Accentuate the Positive
What Weekly seeks to eliminate the negative and support local arts
Check out What Weekly.
Published: August 18, 2010
Any new entrepreneur can attest: Starting a business is tough. The paperwork, the planning, not to mention even coming up with that one brilliant idea, thought up at board meetings, over drinks at a fancy restaurant—or in bed, drinking your morning coffee.
At least, that was the case with Brooke Hall and Justin Allen, the couple responsible for What Weekly, a local multimedia web site dedicated to documenting Baltimore’s art scene. After a year of throwing around ideas and brainstorming, something clicked for Allen and Hall: to start an artsy web site combining elements such as photography, video, and news stories, forming a completely new kind of news outlet—a sort of “hybrid,” according to erstwhile City Paper contributor Hall. The site was officially launched in January.
“There didn’t seem to be any good news about what was happening in Baltimore,” Hall, 29, said in a phone interview. “People seem to have this perception that it’s a very negative place, but it’s really coming up. We’re hitting the brink of a really happening time in Baltimore.”
A new issue of What Weekly comes out every week online, chronicling the week’s concerts, art shows, and other events. Allen, 33, writes most of the blurbs and makes it a point only to report positively. “He comes from a musical background,” Hall says. “And knows musicians have bad nights. If a show is bad, we just won’t include it.”
“No bashing,” Allen says. “We’re not really critics.”
Hall and other contributing photographers light up the 10 or so articles per issue with their own photos—but don’t assume they’re your typical, posed news photo. Hall’s pictures are bright and dynamic, lending a modern feel to the web site.
The couple is no stranger to Baltimore’s arts community, hitting places such as the Metro Gallery, Windup Space, and the H&H building, even though they’re fairly new to the city. Each moved here in the first half of the aughts. Hall found a job at a music store in Fells Point and was introduced to Baltimore-area clubs and bands through the people she worked with.
Allen, a German-born musician, came to the city after traveling, living in places such as Saudi Arabia, Kuwait, and Oman. After arriving in Baltimore, he began to see the city as a hotbed for artists, a melting pot for creativity.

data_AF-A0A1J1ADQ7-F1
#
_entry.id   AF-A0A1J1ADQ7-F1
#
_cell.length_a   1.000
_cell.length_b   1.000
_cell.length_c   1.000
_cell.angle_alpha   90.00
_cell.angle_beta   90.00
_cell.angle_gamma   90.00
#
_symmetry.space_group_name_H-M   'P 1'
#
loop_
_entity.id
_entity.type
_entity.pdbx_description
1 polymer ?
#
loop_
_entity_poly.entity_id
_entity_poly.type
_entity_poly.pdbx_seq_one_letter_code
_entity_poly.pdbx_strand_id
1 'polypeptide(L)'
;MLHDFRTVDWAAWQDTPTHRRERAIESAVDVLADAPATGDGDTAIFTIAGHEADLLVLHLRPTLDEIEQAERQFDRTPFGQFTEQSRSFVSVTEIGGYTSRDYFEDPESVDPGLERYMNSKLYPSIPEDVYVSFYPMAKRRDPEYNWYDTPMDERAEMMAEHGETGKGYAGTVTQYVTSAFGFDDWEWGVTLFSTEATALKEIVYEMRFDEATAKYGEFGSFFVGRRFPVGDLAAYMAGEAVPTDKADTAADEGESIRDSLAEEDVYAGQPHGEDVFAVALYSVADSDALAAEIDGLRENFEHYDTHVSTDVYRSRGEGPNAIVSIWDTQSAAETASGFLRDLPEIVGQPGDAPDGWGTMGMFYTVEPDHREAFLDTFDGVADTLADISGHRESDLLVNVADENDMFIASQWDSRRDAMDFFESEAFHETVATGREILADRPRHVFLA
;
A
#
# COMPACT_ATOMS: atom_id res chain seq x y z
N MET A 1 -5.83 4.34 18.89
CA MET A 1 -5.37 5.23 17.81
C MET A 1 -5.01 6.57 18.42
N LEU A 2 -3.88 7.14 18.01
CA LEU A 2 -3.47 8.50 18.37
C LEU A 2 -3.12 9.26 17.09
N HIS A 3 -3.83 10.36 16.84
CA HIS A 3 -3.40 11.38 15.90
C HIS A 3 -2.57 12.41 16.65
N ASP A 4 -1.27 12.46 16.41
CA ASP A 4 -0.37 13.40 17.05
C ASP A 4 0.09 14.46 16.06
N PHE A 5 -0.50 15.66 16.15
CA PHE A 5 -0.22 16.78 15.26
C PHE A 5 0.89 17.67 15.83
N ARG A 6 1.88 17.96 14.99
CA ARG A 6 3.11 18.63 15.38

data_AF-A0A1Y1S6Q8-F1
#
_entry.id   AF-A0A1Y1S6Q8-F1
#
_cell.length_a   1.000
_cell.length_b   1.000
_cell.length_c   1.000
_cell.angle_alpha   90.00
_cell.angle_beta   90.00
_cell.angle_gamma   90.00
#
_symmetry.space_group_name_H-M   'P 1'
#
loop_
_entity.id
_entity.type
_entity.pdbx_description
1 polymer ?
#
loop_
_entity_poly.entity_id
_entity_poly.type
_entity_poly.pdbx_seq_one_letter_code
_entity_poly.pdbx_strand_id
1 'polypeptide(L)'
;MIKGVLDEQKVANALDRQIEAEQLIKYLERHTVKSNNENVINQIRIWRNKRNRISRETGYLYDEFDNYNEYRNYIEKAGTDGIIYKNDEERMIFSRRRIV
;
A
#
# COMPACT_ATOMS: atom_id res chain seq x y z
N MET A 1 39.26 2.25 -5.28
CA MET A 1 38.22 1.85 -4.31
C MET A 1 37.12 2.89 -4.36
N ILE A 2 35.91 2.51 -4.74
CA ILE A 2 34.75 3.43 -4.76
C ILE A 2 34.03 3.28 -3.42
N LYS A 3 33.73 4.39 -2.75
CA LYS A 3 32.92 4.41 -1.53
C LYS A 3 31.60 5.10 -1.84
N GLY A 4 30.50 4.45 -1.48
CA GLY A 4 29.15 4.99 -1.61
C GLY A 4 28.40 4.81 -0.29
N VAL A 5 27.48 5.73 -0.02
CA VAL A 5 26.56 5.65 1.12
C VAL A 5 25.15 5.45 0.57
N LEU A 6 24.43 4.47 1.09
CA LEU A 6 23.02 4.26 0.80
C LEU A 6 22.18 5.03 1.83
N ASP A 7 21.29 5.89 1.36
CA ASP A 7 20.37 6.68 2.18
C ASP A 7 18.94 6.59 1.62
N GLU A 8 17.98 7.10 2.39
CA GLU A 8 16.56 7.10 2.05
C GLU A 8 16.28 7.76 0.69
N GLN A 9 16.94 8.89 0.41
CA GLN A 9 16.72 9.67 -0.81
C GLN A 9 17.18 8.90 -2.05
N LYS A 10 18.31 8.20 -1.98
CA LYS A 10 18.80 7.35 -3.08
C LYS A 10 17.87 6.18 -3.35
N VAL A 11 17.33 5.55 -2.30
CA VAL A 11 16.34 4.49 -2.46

“The center of Baltimore has the densest amount of artists,” he says. “There’s an energy in the city that’s really infectious.”
The two met at Club Charles last year and quickly became close. “I really feel like there’s a strength between us I’ve never felt before,” Hall says. “We try to get past ourselves and do it for the city and the mission.”
And there is a defined mission, seven ground rules they outlined as the web site began. Listing goals such as “Document the Baltimore Renaissance,” and “Build a tribe, start a movement,” the purpose is glaring: to make people aware of Baltimore’s art landscape (mission item no. 6).
In addition to the site’s articles, a weekly calendar is compiled by Allen, who handpicks the events he thinks will appeal most to his readers. He finds the events through both his own research and reader submissions, and lists events from venues all over the city, including local favorites such as the American Visionary Art Museum and the Ottobar, to lesser-known spaces such as the Hexagon.
These events, Hall believes, are not easy to find, and she says it was hard for some Baltimoreans to access the city’s art scene before the web site was launched. “The city is made of little pockets,” she says. “People have the tendency to run in the same circles. If you’re not in a circle, how would you know?”
So why a web site as opposed to, say, a newspaper or magazine? Starting online is cheap, says Hall, and because she already knew how to create a web site, costs went down even more. In the eight months the web site has been up, the couple has spent less than $1,000 running it.
In an age of failing newspapers and struggling magazines, Hall sees a web site such as What Weekly as being on the cusp of what she calls “a huge shift in the media landscape.” She feels What Weekly is creating a new type of journalism that incorporates multimedia into its practice. Hall estimates the couple, along with a columnist, David Warfield, and contributing photographers, spend 40-60 hours per week on each new issue, which comes out every Thursday.
“It’s pretty disorganized, I’m not going to lie,” Hall laughs. “We’re scrambling, up all night before Thursday.”
While there are no advertisements just yet, Hall says that the web site is a business endeavor—its model is based on “advertising, events, and merchandising,” she writes in an e-mail. This is not the couple’s only job. Hall runs Brooke Hall Creative, LLC, a design company, and Allen works for a medical device company.
What’s next for What Weekly? A one-year bash for the web site (a sort of launch party, explained Allen, a year late), complete with live music, a fashion show, and other media next February, slated to coincide with the release of Hall’s first book, a photograph-heavy What Weekly retrospective. And for a web site that keeps growing—Hall says the site has, on average, 107 percent new viewers each month—the couple plans on continuing what has so far made the site successful: its dynamic, vibrant documentation of the Baltimore arts scene.